Older people who have higher blood pressure may have more signs of brain disease, specifically brain lesions, according to a study published in Neurology.
A regimen of low-dose aspirin potentially may reduce plaques in the brain, which will reduce Alzheimer’s disease pathology and protect memory, according to neurological researchers at Rush University Medical Center.
Dr. Kyran Quinlan and colleagues at Rush issue an urgent call for prevention strategies for sleep-related infant deaths in his viewpoint, “Protecting Infants From Sleep-Related Deaths” published in the June 18 online issue of JAMA Pediatrics.
Rush has expanded a quick, convenient online medical evaluation service using innovative technology for web-based consultations with a physician to all patients who have seen a Rush health care provider within the last three years.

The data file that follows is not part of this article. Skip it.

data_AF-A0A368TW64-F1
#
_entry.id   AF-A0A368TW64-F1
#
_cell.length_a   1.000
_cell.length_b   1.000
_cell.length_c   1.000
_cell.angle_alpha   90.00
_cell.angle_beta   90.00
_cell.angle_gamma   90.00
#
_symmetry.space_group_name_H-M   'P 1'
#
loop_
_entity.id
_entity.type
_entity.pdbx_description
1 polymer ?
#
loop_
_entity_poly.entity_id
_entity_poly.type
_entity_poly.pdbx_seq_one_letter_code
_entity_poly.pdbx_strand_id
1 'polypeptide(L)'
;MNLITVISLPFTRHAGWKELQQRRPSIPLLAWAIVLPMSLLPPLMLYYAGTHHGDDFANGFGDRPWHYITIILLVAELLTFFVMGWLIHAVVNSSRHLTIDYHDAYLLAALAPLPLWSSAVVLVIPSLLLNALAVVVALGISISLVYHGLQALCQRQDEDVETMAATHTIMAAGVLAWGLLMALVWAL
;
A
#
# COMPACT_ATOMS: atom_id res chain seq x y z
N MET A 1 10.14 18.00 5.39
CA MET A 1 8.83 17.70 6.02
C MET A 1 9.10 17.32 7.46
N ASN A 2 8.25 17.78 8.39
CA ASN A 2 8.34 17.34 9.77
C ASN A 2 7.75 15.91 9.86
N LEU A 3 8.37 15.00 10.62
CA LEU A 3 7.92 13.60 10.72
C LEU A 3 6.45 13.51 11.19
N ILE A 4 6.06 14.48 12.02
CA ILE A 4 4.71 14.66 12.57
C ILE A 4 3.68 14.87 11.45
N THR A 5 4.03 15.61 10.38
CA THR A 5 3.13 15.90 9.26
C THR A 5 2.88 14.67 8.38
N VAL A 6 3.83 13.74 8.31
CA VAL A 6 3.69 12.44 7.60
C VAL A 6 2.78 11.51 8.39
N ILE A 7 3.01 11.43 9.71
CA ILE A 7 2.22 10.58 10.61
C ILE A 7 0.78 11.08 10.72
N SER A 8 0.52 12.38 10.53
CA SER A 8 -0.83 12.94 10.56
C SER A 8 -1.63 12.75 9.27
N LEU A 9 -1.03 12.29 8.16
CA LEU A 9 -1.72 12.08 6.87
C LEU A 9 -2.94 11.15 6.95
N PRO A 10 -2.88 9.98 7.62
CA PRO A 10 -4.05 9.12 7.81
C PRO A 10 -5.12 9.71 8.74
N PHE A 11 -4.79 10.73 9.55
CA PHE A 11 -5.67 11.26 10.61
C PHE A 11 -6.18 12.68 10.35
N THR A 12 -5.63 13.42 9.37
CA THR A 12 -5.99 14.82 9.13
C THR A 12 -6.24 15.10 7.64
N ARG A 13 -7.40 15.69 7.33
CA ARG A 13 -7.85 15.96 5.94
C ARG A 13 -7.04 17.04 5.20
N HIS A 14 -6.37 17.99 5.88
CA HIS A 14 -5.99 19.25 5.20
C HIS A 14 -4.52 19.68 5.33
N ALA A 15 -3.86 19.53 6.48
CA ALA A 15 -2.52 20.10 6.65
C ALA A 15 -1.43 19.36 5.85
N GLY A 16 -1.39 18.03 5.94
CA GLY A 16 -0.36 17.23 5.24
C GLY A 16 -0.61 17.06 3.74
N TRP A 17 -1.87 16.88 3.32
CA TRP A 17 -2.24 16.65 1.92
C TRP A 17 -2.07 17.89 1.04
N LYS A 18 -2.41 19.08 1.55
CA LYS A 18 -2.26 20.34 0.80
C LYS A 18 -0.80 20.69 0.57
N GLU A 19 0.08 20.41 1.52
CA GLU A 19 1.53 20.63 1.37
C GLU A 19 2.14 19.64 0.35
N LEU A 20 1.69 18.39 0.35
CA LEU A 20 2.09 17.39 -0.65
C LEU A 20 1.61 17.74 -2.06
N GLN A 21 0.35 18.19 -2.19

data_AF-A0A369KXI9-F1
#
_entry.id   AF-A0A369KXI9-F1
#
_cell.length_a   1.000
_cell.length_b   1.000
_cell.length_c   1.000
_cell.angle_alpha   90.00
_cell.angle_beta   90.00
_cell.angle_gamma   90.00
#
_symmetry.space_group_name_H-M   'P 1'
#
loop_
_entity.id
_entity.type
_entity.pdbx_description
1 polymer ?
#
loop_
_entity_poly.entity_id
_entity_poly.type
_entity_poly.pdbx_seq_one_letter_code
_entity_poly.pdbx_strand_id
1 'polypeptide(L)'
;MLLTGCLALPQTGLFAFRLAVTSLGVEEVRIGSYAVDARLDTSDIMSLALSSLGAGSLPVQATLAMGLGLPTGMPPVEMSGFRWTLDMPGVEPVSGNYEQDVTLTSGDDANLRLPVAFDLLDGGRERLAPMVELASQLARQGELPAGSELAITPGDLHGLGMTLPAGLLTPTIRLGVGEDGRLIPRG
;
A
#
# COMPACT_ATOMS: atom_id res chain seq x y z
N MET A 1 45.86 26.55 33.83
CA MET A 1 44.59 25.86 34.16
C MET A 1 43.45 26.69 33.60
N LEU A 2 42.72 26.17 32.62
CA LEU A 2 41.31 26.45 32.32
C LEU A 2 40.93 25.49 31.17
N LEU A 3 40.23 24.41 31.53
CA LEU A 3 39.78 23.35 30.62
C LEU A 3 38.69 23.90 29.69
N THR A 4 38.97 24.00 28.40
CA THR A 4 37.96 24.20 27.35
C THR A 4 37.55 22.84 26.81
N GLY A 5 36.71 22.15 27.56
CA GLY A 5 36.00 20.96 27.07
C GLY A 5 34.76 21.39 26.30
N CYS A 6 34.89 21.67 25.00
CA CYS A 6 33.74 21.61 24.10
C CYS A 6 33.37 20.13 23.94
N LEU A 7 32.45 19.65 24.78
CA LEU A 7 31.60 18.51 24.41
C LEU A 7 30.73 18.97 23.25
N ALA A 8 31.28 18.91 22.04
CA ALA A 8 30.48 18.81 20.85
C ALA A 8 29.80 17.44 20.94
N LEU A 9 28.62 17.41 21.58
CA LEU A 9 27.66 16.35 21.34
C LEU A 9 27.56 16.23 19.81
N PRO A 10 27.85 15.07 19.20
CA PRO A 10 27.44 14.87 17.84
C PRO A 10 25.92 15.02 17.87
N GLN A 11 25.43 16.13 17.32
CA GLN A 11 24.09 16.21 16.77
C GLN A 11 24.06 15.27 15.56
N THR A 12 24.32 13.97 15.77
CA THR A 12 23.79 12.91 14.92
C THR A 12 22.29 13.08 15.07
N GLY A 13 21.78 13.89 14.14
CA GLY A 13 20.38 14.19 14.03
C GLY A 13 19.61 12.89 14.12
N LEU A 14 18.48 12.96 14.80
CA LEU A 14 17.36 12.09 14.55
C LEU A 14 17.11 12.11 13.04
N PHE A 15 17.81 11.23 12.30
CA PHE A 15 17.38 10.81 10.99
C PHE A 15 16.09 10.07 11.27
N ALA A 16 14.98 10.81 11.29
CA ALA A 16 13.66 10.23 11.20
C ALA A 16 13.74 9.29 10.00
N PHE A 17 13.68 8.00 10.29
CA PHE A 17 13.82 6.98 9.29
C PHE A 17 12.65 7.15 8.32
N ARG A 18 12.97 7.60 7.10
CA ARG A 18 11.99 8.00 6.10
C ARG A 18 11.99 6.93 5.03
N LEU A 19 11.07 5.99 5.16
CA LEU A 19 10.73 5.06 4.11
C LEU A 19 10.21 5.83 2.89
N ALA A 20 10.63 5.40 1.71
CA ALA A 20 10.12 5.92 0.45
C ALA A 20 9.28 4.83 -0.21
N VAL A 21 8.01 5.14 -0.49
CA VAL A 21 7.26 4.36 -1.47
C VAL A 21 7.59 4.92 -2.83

Researchers at Rush have identified biomarkers that indicate which hip replacement patients are likely to suffer from destruction of bone tissue.
Cardiac specialists at Rush University Medical Center are among the doctors highlighted as “Chicago’s Top Cardiologists,” in a special edition of Chicago magazine’s “Top Doctor’s” list included in the magazine’s June 2018 issue.
A $45 million grant from Wounded Warrior Project greatly expands veterans services at Rush.
A new study reveals that South Asian-Americans are more likely to die of heart conditions caused by atherosclerosis, such as heart attacks and strokes, than East Asians and non-Hispanic whites in the U.S.
A research team has created a map of the molecular network in the aging brain and used it to identify two new Alzheimer’s disease target genes.
Osteoarthritis (OA) is one of the most common causes of chronic pain in the world. More than 30 million people in the United States alone suffer from OA, which can affect any moveable joint of the body, including the knees, hips, and hands. OA normally manifests itself as a breakdown of joint tissues, including degradation of cartilage.